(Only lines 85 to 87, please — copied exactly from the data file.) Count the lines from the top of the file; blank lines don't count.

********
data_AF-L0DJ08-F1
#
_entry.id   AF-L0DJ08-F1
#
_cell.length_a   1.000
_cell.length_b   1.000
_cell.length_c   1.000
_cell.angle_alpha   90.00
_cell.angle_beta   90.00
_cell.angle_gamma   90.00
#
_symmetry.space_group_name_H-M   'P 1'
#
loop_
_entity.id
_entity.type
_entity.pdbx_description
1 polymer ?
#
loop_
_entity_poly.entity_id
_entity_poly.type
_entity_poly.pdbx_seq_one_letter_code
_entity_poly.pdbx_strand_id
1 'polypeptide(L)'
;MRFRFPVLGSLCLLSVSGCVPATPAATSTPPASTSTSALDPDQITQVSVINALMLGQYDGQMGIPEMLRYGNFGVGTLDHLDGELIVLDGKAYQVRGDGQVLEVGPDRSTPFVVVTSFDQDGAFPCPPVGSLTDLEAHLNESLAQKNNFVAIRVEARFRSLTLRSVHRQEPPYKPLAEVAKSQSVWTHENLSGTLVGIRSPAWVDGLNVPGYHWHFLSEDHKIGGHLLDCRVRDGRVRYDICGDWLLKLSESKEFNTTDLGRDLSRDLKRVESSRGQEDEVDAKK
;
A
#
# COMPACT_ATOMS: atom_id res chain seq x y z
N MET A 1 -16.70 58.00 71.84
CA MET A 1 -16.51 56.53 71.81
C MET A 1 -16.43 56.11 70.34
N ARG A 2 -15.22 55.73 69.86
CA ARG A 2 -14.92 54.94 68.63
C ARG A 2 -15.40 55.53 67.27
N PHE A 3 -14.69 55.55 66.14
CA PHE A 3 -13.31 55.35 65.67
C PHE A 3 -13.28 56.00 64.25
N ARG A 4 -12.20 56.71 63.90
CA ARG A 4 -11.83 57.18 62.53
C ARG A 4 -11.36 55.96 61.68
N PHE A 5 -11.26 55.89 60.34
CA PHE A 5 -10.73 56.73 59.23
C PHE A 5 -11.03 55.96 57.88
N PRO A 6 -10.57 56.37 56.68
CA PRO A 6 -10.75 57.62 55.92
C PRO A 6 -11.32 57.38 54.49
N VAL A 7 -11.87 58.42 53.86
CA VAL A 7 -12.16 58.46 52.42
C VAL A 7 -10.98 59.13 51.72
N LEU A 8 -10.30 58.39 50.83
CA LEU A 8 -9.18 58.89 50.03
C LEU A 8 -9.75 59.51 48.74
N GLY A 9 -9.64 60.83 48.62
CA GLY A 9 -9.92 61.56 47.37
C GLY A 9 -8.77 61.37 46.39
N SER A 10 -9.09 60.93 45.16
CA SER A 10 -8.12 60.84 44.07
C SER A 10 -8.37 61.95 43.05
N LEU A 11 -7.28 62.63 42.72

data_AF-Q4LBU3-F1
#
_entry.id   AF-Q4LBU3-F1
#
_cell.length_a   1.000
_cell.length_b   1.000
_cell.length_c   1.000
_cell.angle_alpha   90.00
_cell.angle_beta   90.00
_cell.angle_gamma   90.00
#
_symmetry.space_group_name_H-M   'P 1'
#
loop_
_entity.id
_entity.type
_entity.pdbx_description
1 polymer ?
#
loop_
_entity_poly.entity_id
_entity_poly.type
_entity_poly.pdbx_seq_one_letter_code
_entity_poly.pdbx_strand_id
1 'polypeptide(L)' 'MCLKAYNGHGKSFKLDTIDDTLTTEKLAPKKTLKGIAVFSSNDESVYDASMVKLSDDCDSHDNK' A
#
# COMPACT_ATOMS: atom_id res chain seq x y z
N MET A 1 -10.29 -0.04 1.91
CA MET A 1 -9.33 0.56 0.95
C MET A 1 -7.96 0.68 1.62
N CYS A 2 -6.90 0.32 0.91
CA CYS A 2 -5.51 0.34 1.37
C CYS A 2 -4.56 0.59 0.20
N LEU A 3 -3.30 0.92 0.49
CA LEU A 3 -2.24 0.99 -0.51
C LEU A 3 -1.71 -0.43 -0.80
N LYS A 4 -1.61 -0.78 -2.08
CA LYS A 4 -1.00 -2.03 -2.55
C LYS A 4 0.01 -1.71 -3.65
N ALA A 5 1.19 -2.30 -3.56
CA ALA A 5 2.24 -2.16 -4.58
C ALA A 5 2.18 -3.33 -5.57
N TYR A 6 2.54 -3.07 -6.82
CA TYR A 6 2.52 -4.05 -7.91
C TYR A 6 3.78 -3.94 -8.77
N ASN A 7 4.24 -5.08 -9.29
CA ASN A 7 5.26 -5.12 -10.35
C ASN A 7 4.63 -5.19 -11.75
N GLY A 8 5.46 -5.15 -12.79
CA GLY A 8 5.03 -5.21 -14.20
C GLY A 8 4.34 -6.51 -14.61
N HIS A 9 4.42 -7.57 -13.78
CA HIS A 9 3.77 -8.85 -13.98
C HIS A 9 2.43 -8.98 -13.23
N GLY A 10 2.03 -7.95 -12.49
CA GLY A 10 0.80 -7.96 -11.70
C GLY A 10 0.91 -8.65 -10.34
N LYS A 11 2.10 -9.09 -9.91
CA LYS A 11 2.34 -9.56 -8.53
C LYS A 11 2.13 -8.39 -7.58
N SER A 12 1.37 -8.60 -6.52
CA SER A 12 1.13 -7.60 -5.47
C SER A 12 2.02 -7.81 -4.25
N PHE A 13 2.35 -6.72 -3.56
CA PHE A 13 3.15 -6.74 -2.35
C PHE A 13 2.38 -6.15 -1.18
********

_entity_poly.pdbx_strand_id
1 'polypeptide(L)' 'MCLKAYNGHGKSFKLDTIDDTLTTEKLAPKKTLKGIAVFSSNDESVYDASMVKLSDDCDSHDNK' A
#